FIG. 10 illustrates a linkable sinker 100 that employs an alternative approach to biasing a trailing eye 102 of a wire member 104 into engagement with a weight trailing end 106 of a weight 108 and attaching a resilient hood 110 with respect to the weight 108. In this embodiment, the resilient hood 110 has a hood passage 112 having a hood passage leading portion 114 and a hood passage trailing portion 116, with a forward-facing ledge 118 formed at the junction of the hood passage leading portion 114 and the hood passage trailing portion 116, as better shown in FIG. 11. The hood passage trailing portion 116 is sized such that a leading eye 120 of the wire member 104 cannot readily pass into the hood passage trailing portion 116. In contrast, the hood passage leading portion 114 is sized sufficiently to allow the leading eye 120 to pass therethrough, so as to enable the leading eye 120 to be extended from the resilient hood 110 to allow attaching a fastener or a sinker line to the leading eye 120 when the resilient hood 110 is longitudinally compressed. To provide a bias to the trailing eye 102, the forward-facing ledge 118 is spaced apart from a hood trailing end 122 by an unconstrained distance d that is selected relative to a weight length LW and an eye separation S such that d>S−LW. Since the distance d is greater than the difference between the weight length LW and the eye separation S, the engagement of the leading eye 120 with the forward-facing ledge 118 acts to compress a trailing portion 124 of the resilient hood 110 against a weight leading end 126 of the weight 108. This compression acts to bias the leading eye 120 forward and thus biases the trailing eye 102 against the weight trailing end 106. The engagement of the leading eye 120 with the forward-facing ledge 118 also serves to attach the resilient hood 110 with respect to the weight leading end 126 in this embodiment.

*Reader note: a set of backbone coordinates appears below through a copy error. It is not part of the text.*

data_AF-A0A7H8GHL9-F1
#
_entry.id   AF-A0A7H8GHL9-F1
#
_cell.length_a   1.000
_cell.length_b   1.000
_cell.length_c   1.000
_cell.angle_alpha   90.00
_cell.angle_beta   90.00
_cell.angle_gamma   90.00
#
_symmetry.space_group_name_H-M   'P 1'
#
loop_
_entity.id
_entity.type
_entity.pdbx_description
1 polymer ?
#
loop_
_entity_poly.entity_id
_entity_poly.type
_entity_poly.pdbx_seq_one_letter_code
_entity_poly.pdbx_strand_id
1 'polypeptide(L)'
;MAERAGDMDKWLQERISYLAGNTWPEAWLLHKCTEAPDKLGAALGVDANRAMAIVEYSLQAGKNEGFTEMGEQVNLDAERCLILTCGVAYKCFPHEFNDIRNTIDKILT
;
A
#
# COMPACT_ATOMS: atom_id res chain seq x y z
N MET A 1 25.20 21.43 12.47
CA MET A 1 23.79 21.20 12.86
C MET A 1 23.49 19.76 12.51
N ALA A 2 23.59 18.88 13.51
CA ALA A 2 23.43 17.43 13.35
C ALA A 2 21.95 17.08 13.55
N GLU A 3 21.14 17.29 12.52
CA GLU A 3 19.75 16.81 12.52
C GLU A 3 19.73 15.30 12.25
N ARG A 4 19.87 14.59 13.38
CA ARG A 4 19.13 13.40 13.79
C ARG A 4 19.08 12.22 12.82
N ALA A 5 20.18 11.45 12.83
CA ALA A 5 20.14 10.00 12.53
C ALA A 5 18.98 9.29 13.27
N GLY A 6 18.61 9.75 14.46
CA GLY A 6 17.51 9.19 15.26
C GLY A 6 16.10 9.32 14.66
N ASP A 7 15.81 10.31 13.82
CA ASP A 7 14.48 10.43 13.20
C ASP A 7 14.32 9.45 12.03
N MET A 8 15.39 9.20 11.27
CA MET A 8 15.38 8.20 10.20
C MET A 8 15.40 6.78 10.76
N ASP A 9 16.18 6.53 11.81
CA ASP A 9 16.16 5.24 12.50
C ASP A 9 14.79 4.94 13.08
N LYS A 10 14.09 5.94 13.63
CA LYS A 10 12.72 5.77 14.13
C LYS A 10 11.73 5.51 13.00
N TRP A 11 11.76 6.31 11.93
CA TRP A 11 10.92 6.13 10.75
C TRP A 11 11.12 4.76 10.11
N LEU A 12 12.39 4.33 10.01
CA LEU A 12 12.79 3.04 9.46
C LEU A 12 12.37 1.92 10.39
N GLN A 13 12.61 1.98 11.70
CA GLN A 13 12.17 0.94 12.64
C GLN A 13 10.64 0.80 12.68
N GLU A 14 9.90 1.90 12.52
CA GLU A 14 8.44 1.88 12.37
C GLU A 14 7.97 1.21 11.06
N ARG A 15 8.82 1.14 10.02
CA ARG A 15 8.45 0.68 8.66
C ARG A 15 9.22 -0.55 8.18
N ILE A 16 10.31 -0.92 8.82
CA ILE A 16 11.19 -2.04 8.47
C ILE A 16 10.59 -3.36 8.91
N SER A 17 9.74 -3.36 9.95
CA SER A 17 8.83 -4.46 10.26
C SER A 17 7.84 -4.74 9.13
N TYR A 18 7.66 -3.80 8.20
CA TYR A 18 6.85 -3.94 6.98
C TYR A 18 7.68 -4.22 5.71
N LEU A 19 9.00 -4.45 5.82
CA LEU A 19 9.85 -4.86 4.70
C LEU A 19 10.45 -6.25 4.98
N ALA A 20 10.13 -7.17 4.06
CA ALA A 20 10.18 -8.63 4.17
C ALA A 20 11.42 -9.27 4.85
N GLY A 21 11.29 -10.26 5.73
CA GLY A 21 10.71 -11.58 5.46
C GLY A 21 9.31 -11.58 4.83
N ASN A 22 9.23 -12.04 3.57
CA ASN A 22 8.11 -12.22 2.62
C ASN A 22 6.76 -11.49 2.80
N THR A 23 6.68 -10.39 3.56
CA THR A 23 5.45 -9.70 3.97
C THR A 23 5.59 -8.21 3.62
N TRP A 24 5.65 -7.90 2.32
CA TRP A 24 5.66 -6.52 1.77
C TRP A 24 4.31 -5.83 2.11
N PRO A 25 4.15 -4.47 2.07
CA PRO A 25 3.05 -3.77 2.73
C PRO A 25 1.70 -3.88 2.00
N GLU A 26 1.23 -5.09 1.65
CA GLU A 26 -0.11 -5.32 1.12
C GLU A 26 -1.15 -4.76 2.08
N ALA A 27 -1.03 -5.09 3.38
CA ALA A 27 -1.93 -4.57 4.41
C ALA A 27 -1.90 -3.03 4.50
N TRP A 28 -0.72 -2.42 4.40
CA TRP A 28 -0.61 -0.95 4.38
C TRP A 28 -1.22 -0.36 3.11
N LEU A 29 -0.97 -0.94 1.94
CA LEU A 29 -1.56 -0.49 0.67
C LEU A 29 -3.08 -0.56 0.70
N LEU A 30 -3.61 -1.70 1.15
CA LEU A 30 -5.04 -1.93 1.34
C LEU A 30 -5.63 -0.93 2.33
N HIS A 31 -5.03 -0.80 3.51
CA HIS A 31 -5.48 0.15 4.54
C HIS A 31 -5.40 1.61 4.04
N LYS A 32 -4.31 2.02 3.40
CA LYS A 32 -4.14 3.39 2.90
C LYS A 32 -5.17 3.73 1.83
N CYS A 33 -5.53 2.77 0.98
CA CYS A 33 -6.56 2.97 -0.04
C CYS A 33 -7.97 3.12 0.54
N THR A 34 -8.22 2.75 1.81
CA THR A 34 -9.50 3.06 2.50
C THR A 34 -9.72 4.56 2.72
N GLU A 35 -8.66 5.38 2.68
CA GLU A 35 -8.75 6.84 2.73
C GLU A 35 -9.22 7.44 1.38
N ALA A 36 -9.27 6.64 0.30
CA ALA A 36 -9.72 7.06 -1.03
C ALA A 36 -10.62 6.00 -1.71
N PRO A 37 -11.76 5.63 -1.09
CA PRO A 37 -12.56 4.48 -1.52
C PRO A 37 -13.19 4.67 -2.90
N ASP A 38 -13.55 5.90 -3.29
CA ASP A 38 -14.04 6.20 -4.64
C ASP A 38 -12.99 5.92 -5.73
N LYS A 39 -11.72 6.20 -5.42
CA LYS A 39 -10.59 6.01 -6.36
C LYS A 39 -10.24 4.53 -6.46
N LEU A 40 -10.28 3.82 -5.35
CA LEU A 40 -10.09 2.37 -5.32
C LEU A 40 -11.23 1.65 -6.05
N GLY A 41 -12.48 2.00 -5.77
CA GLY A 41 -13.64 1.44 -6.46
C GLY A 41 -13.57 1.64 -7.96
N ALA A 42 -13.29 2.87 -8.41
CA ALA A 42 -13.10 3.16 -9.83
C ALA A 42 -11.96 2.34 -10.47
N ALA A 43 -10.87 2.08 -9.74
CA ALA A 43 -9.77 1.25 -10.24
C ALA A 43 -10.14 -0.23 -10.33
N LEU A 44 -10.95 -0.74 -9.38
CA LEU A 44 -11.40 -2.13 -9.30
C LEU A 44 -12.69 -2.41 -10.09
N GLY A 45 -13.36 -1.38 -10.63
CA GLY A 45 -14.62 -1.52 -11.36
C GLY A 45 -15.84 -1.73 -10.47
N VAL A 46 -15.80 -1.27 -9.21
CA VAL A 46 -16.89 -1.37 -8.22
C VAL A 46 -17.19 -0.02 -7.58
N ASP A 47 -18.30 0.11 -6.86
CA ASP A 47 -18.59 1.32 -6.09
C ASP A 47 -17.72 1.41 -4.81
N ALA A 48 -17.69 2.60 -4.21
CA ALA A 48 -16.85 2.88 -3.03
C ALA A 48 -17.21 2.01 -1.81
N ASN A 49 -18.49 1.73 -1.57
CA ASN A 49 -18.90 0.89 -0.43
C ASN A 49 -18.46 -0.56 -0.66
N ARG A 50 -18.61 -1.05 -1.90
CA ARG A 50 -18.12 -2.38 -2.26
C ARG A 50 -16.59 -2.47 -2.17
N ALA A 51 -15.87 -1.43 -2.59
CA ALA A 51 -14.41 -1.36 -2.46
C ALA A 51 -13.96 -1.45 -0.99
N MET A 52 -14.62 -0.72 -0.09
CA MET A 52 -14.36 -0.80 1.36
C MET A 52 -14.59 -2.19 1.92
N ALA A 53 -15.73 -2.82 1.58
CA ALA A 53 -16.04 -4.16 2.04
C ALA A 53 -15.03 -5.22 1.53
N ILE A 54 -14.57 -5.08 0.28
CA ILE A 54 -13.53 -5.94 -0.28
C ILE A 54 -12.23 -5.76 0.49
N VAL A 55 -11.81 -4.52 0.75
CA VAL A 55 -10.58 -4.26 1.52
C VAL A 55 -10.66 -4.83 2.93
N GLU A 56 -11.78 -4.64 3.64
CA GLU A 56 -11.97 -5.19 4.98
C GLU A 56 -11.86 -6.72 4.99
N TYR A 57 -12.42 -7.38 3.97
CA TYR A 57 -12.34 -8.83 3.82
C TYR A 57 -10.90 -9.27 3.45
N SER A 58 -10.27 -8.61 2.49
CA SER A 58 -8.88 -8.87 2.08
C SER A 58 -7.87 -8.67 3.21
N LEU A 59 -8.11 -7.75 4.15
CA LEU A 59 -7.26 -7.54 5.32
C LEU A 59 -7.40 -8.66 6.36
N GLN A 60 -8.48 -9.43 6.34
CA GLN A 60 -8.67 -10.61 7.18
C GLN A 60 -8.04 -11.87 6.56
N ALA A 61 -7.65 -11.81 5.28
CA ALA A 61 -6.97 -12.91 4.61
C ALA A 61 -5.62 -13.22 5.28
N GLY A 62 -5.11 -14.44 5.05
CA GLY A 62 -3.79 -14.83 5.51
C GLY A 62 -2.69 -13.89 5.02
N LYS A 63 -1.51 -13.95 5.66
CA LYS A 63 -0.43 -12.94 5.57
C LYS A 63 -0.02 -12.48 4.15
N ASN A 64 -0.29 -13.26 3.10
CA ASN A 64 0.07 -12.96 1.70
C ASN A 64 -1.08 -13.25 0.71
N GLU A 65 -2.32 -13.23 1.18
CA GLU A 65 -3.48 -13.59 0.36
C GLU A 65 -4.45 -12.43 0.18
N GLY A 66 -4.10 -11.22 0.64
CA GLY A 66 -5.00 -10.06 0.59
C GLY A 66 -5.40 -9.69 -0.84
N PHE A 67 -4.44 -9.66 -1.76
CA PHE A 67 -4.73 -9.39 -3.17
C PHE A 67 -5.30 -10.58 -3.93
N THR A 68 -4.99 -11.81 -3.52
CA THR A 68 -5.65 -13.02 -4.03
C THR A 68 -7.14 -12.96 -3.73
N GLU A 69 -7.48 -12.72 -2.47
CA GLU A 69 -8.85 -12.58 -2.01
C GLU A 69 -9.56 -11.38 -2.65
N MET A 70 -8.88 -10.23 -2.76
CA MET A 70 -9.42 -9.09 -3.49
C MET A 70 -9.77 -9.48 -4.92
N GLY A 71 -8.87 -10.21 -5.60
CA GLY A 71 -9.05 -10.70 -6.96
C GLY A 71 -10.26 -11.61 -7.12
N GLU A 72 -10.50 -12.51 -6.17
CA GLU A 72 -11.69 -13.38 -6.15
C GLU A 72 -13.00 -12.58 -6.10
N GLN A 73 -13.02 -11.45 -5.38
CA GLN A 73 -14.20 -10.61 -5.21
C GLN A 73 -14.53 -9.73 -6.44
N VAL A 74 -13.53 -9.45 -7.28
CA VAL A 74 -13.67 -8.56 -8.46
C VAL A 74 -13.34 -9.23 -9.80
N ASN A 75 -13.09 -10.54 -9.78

FIG. 12 is a partial section view that illustrates a linkable sinker 150 that forms another embodiment of the present invention, which has a resilient hood 152 that is formed from a length of corrugated tubing, having corrugations 154 that allow the resilient hood 152 to be readily compressed. The corrugations 154 also provide a series of rearward-facing ledges 156, which could be employed to engage an enlarged tube trailing end of tube such as the tube 84 shown in FIG. 9 to secure the tube with respect to a weight 158 of the sinker 150 and provide a line shield to guide and lift the sinker 150 over obstructions.

While the novel features of the present invention have been described in terms of particular embodiments and preferred applications, it should be appreciated by one skilled in the art that substitution of materials and modification of details obviously can be made without departing from the spirit of the invention.

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Referenced by
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US8695180 *Jan 6, 2011Apr 15, 2014Dean Delle DonneLocking clip and system
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Classifications
U.S. Classification43/44.97, 43/43.1, 43/43.14, 43/44.87
International ClassificationA01K95/00, A01K95/02
Cooperative ClassificationA01K91/08, A01K95/00
European ClassificationA01K91/08, A01K95/00
Legal Events
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Jan 14, 2014FPExpired due to failure to pay maintenance fee
Effective date: 20131124
Nov 24, 2013LAPSLapse for failure to pay maintenance fees
Jul 5, 2013REMIMaintenance fee reminder mailed